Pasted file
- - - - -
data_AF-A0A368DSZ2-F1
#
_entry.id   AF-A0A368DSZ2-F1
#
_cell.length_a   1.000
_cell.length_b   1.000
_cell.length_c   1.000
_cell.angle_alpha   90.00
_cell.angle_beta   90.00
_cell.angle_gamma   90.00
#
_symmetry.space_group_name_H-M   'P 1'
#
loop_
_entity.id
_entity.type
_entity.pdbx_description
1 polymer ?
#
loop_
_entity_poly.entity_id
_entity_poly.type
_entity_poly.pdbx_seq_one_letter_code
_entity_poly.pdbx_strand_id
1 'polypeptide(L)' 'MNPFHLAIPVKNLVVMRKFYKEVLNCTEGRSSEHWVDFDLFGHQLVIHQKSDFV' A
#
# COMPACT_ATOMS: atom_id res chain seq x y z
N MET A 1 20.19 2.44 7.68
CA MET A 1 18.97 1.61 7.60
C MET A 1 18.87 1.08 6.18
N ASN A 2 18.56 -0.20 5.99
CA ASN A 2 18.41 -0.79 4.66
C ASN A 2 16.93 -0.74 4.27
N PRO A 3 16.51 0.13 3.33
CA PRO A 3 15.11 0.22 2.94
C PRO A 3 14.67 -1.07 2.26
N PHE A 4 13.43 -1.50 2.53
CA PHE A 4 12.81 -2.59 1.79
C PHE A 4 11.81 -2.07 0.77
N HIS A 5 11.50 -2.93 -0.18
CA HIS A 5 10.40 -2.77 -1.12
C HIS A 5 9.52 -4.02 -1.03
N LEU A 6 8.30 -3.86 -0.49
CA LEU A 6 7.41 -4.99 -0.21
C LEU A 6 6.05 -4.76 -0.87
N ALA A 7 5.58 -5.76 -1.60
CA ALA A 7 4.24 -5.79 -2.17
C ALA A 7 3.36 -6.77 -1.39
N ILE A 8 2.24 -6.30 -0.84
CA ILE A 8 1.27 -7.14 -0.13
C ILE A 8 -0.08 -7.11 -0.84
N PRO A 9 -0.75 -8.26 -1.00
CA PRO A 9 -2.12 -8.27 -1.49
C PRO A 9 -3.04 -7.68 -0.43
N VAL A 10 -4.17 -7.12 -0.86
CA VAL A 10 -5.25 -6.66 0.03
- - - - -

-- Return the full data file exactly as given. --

data_AF-A0A368DSZ2-F1
#
_entry.id   AF-A0A368DSZ2-F1
#
_cell.length_a   1.000
_cell.length_b   1.000
_cell.length_c   1.000
_cell.angle_alpha   90.00
_cell.angle_beta   90.00
_cell.angle_gamma   90.00
#
_symmetry.space_group_name_H-M   'P 1'
#
loop_
_entity.id
_entity.type
_entity.pdbx_description
1 polymer ?
#
loop_
_entity_poly.entity_id
_entity_poly.type
_entity_poly.pdbx_seq_one_letter_code
_entity_poly.pdbx_strand_id
1 'polypeptide(L)' 'MNPFHLAIPVKNLVVMRKFYKEVLNCTEGRSSEHWVDFDLFGHQLVIHQKSDFV' A
#
# COMPACT_ATOMS: atom_id res chain seq x y z
N MET A 1 20.19 2.44 7.68
CA MET A 1 18.97 1.61 7.60
C MET A 1 18.87 1.08 6.18
N ASN A 2 18.56 -0.20 5.99
CA ASN A 2 18.41 -0.79 4.66
C ASN A 2 16.93 -0.74 4.27
N PRO A 3 16.51 0.13 3.33
CA PRO A 3 15.11 0.22 2.94
C PRO A 3 14.67 -1.07 2.26
N PHE A 4 13.43 -1.50 2.53
CA PHE A 4 12.81 -2.59 1.79
C PHE A 4 11.81 -2.07 0.77
N HIS A 5 11.50 -2.93 -0.18
CA HIS A 5 10.40 -2.77 -1.12
C HIS A 5 9.52 -4.02 -1.03
N LEU A 6 8.30 -3.86 -0.49
CA LEU A 6 7.41 -4.99 -0.21
C LEU A 6 6.05 -4.76 -0.87
N ALA A 7 5.58 -5.76 -1.60
CA ALA A 7 4.24 -5.79 -2.17
C ALA A 7 3.36 -6.77 -1.39
N ILE A 8 2.24 -6.30 -0.84
CA ILE A 8 1.27 -7.14 -0.13
C ILE A 8 -0.08 -7.11 -0.84
N PRO A 9 -0.75 -8.26 -1.00
CA PRO A 9 -2.12 -8.27 -1.49
C PRO A 9 -3.04 -7.68 -0.43
N VAL A 10 -4.17 -7.12 -0.86
CA VAL A 10 -5.25 -6.66 0.03